My story "The Other Again" is published in Here, Everything is Dreaming: Poems and Stories by Robert Moss (Excelsior Editions). 

"Borges Twinned": Digital play by RM

What is Active Dreaming?


Active Dreaming? The phrase is a provocation, designed to shake us free from the assumption that dreaming is a passive activity.  I am grateful for the gift of spontaneous sleep dreams, the ones we don’t ask for and often don’t want. They hold up a magic mirror in which we can see ourselves as we truly are. They serve as a voice of conscience. They preview challenges and opportunities that lie in our future. Sleep dreams show us what is going on inside the body, diagnose developing complaints before medical symptoms present themselves, and show us what the body needs to stay well. We solve problems in our sleep. And, as the First Peoples of my native Australia teach, our personal dreams may be a passport to the Dreamtime, the larger reality in which we can meet the ancestors and our authentic spiritual teachers.

I work with sleep dreams in all these varieties, and many more, and welcome them to work on me. But Active Dreaming is far more than a method for decoding sleep dreams. While the techniques involved are fresh and original, they are also very ancient. They involve ways of seeing and knowing and healing that were known to our early ancestors, kept them alive on a dangerous planet, and enabled them to communicate with each other and with other forms of life in the speaking land around them.

Active Dreaming is a way of being fully of this world while maintaining constant contact with another world, the world-behind-the-world, where the deeper logic and purpose of our lives are to be found.

Active Dreaming is a discipline, as is yoga or archeology or particle physics. This is to say that there are ascending levels of practice. In any field, the key to mastery is always the same: practice, practice, practice.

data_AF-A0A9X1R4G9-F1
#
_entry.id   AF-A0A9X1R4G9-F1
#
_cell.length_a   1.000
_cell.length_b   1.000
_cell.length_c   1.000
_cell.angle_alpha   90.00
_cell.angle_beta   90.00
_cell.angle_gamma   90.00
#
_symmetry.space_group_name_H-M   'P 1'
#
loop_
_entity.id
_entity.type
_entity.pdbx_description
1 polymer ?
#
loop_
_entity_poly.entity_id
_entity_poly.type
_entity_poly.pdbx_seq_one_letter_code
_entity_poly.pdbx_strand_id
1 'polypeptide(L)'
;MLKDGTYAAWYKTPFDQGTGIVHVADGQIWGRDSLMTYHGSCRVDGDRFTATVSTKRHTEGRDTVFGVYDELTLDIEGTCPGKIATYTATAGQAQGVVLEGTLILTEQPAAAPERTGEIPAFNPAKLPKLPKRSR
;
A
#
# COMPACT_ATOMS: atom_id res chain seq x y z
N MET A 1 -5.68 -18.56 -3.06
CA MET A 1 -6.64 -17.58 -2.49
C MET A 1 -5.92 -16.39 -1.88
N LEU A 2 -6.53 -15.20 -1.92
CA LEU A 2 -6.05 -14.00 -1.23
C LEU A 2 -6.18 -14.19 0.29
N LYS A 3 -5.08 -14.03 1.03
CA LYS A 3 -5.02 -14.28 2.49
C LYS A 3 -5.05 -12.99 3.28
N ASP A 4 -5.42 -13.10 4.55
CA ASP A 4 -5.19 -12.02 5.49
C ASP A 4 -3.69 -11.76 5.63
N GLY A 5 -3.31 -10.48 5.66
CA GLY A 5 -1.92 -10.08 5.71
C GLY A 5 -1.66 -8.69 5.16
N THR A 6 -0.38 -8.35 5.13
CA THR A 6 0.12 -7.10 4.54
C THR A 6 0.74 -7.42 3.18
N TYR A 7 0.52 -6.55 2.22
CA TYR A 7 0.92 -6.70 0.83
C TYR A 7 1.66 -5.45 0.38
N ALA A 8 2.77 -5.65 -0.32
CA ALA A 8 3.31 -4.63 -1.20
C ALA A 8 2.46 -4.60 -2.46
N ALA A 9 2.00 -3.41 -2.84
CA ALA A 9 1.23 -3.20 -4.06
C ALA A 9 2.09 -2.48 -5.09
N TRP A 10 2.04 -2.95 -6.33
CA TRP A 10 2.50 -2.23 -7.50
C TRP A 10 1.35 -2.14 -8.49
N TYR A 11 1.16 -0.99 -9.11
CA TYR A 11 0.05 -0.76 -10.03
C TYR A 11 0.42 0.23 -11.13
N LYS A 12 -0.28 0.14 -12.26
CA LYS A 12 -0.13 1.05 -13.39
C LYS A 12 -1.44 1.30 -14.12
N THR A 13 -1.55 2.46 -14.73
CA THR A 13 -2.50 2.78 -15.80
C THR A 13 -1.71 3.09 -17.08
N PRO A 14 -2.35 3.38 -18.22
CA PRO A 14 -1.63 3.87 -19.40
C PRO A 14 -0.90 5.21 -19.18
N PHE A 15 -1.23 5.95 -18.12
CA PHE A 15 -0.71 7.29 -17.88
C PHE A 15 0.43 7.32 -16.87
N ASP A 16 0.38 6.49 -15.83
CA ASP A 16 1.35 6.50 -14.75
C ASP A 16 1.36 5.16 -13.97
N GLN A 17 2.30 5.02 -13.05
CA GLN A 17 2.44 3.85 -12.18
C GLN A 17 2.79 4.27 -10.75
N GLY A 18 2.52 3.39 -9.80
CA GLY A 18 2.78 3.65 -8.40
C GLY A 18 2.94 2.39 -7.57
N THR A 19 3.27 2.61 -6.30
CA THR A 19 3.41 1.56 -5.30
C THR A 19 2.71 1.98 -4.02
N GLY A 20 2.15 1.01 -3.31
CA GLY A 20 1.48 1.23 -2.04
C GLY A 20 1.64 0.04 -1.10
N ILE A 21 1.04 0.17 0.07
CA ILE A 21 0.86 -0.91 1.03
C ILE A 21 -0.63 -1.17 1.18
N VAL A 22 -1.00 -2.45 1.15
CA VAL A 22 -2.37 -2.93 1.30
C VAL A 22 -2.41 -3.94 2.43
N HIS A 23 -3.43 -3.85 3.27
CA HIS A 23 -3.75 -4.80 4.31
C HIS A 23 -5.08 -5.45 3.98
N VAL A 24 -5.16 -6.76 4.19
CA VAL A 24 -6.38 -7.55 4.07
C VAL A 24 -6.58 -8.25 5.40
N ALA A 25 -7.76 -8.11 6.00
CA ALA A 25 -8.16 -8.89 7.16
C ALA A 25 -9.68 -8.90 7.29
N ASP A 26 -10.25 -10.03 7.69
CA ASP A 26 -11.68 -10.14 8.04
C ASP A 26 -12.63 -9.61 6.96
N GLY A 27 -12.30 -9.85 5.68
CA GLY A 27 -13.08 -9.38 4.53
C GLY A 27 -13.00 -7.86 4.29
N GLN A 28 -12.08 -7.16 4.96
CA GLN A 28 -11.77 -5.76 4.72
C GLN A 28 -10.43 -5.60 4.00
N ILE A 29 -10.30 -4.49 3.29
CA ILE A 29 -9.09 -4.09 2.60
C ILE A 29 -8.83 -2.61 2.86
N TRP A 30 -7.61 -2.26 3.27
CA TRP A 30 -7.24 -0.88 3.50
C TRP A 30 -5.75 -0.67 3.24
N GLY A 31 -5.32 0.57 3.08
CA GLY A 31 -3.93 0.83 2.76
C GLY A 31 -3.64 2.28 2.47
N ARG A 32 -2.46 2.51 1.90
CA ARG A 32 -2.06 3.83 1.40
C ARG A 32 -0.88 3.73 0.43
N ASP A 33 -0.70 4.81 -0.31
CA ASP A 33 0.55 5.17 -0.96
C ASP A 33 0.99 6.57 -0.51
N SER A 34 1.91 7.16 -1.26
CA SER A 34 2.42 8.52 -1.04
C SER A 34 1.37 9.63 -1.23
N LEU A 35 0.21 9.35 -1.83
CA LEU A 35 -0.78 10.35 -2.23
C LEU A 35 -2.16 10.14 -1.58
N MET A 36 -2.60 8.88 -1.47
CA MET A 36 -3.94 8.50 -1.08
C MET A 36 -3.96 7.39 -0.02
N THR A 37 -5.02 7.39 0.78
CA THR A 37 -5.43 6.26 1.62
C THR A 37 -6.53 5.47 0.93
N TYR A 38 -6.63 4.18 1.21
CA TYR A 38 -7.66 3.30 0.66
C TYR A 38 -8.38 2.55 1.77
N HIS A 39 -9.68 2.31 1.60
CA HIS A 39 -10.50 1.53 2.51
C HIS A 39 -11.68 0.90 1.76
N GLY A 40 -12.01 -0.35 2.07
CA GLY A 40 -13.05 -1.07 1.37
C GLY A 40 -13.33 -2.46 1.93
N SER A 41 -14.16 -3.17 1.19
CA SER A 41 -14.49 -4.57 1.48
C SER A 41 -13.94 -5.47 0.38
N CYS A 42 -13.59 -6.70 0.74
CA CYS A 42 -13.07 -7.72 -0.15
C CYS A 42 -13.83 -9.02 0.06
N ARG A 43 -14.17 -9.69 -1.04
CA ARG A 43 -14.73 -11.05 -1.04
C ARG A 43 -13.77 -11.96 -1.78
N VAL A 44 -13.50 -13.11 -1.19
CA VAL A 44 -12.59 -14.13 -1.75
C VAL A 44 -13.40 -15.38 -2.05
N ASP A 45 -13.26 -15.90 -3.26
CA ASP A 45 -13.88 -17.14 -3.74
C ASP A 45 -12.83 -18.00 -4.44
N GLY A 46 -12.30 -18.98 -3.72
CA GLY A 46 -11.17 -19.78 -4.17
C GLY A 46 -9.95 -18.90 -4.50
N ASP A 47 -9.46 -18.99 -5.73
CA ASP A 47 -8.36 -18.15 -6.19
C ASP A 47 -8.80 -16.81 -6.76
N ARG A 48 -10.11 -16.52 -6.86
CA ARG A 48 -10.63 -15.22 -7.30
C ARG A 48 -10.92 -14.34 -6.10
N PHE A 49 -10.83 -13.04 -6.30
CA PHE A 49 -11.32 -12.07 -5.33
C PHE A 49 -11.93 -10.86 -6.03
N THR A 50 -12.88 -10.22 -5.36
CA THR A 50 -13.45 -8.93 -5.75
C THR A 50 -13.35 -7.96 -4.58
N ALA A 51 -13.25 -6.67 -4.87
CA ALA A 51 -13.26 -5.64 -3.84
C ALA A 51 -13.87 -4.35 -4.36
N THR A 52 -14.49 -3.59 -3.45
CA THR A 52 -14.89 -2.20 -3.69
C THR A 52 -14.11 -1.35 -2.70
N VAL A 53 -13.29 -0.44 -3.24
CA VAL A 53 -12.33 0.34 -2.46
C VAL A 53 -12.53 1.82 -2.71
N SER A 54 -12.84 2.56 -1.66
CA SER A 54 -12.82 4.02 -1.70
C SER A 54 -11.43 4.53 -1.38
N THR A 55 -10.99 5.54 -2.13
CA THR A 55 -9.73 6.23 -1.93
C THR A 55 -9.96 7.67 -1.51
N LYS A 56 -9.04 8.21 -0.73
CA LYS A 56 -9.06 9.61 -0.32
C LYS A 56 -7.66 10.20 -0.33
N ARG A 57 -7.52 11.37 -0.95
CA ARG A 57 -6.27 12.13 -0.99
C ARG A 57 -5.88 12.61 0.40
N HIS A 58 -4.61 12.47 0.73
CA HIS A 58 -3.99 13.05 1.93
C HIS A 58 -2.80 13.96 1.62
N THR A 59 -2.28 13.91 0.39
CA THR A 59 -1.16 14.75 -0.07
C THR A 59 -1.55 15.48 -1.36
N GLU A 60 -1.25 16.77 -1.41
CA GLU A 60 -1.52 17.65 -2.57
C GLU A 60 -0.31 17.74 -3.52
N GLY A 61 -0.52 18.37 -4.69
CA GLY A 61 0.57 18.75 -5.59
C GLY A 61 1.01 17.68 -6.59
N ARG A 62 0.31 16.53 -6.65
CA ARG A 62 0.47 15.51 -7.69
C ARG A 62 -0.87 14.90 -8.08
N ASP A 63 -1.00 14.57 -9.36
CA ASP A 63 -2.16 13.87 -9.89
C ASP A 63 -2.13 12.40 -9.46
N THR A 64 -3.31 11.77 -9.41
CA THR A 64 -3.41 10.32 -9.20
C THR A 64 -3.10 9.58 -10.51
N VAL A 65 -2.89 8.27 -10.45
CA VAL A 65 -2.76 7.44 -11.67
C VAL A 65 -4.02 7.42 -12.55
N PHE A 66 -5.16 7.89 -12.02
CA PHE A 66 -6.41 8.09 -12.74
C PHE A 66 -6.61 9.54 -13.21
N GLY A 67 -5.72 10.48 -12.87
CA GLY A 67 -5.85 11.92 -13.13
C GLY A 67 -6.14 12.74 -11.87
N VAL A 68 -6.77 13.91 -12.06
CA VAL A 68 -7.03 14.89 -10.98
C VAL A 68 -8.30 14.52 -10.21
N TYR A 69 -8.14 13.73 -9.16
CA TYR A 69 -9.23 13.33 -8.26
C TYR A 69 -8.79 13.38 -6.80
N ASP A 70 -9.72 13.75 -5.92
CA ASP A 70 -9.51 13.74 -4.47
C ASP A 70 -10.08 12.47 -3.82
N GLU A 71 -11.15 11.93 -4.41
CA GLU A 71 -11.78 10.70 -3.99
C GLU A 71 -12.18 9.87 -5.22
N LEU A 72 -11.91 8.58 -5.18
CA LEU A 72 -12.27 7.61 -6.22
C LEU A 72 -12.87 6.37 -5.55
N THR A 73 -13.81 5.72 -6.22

First, Active Dreaming is a way of talking and walking our dreams, of bringing energy and guidance from the dreamworld into everyday life. We learn how to create a safe space where we can share dreams of the night and dreams of life with others, receive helpful feedback, and encourage each other to move towards creative and healing action. We discover that each of us can play guide for others, and that by sharing in the right way we claim our voice, grow our power as storytellers and communicators, build stronger friendships and lay foundations for a new kind of community. Above all, we learn to take action to embody the energy and guidance of our dreams in everyday life.

Second, Active Dreaming is a method of shamanic lucid dreaming.  It starts with simple everyday practice and extends to profound group experiences of time travel, soul recovery and the exploration of multidimensional reality. It is founded on the understanding that we don’t need to go to sleep in order to dream. The easiest way to become a conscious or lucid dreamer is to start out lucid and stay that way. As a method of conscious dream navigation, Active Dreaming is not to be confused with approaches that purport to “control” or manipulate dreams; it is utterly misguided to seek to put the control freak in the ego in charge of something immeasurably wiser and deeper than itself.